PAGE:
Utility of CT assessment in hematology patients with invasive aspergillosis: A post-hoc analysis of phase 3 data

Jie Jin, Depei Wu, Yang Liu, Sisi Pan, Jean Li Yan, Jalal A. Aram, Yin Jun Lou, Haitao Meng, Xiaochen Chen, Xian'An Zhang, Ilan S. Schwartz, Thomas F. Patterson

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Abstract

Background: Pulmonary computed tomography (CT) scans are commonly used as part of the clinical criteria in diagnostic workup of invasive fungal diseases like invasive aspergillosis, and may identify radiographic abnormalities, such as halo signs or air-crescent signs. We assessed the diagnostic utility of CT assessment in patients with hematologic malignancies or those who had undergone allogeneic hematopoietic stem cell transplantation in whom invasive aspergillosis was suspected. Methods: This post-hoc analysis assessed data from a prospective, multicenter, international trial of voriconazole (with and without anidulafungin) in patients with suspected invasive aspergillosis (IA; proven, probable, or possible, using 2008 European Organisation for Research and Treatment of Cancer/Invasive Fungal Infections Cooperative Group and the National Institute of Allergy and Infectious Diseases Mycoses Study Group criteria) [NCT00531479]. Eligible patients received at least one baseline lung CT scan. Results: Of 395 patients included in this post-hoc analysis, 240 patients (60.8%) had 'confirmed' proven (9/240, 3.8%) or probable (231/240, 96.3%) invasive aspergillosis (cIA) and 155 patients (39.2%) had 'non-confirmed' invasive aspergillosis (all nIA; all possible IA (de Pauw et al., Clin Infect Dis 46:1813-21, 2008)). Mean age was 52.3 and 50.5 years, 56.3 and 60.0% of patients were male, and most patients were white (71.7 and 71.0%) in the cIA and nIA populations, respectively. Median baseline galactomannan was 1.4 (cIA) and 0.2 (nIA), mean Karnofsky score was 65.3 (cIA) and 66.8 (nIA), and mean baseline platelet count was 48.0 (cIA) and 314.1 (nIA). Pulmonary nodules (46.8% of all patients), bilateral lung lesions (37.5%), unilateral lung lesions (28.4%), and consolidation (24.8%) were the most common radiographic abnormalities. Ground-glass attenuation (cIA: 24.2%; nIA: 11.6%; P < 0.01) and pulmonary nodules (cIA: 52.5%; nIA: 38.1%; P < 0.01) were associated with cIA. Other chest CT scan abnormalities (including halo signs and air-crescent signs) at baseline in patients with hematologic malignancy or hematopoietic stem cell transplantation, and suspected IA, were not associated with cIA. Conclusions: These findings highlight the limitations in the sensitivity of chest CT scans for the diagnosis of IA, and reinforce the importance of incorporating other available clinical data to guide management decisions on individual patients, including whether empirical treatment is reasonable, pending full evaluation.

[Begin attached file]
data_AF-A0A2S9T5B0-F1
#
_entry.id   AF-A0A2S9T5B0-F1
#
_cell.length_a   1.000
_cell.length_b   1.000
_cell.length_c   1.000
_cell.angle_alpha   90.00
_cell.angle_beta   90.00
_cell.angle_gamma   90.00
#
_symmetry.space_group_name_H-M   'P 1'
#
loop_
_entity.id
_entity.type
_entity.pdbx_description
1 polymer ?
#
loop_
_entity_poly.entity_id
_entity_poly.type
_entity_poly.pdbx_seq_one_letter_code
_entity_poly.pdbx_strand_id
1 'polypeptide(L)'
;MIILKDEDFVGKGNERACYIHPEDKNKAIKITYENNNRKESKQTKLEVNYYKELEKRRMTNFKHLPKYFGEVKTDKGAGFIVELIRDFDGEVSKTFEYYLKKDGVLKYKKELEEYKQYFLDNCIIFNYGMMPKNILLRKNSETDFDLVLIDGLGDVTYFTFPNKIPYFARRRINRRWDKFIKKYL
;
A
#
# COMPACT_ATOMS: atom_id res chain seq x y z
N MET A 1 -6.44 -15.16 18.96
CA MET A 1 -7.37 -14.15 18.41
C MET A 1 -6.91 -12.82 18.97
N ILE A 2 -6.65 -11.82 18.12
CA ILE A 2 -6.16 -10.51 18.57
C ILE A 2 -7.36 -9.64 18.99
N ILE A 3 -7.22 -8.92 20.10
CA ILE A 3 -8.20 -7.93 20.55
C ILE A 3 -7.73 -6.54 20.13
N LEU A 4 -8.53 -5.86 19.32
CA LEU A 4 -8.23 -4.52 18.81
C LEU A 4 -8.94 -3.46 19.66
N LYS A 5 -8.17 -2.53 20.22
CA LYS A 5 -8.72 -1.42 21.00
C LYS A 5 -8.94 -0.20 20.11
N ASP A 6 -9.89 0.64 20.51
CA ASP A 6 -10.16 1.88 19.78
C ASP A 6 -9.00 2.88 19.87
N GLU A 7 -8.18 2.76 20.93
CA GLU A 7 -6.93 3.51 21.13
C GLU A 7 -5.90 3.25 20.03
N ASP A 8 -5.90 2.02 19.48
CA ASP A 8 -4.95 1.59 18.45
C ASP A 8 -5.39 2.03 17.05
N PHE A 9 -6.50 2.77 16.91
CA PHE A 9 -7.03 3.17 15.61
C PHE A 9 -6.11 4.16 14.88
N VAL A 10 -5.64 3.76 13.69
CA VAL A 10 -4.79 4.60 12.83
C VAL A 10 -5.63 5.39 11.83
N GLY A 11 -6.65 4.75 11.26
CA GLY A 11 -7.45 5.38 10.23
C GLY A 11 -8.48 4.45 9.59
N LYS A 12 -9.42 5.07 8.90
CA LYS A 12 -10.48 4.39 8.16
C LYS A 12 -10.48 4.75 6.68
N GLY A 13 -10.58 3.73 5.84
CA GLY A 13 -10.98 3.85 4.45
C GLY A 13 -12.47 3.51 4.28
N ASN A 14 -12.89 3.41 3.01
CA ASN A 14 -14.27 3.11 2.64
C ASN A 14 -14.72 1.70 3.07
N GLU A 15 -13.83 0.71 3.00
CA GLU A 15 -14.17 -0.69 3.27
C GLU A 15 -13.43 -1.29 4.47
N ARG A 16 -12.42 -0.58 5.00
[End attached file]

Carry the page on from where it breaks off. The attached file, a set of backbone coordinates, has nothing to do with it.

Original languageEnglish (US)
Article number471
JournalBMC Infectious Diseases
Volume19
Issue number1
DOIs
StatePublished - May 28 2019
Externally publishedYes

Keywords

  • Antifungal treatment
  • Computed tomography scans
  • Diagnosis
  • Hematologic malignancy
  • Hematopoietic stem cell transplant
  • Invasive aspergillosis
  • Radiographic abnormalities

ASJC Scopus subject areas

  • Infectious Diseases

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    Jin, J., Wu, D., Liu, Y., Pan, S., Yan, J. L., Aram, J. A., Lou, Y. J., Meng, H., Chen, X., Zhang, XA., Schwartz, I. S., & Patterson, T. F. (2019). Utility of CT assessment in hematology patients with invasive aspergillosis: A post-hoc analysis of phase 3 data. BMC Infectious Diseases, 19(1), [471]. https://doi.org/10.1186/s12879-019-4039-7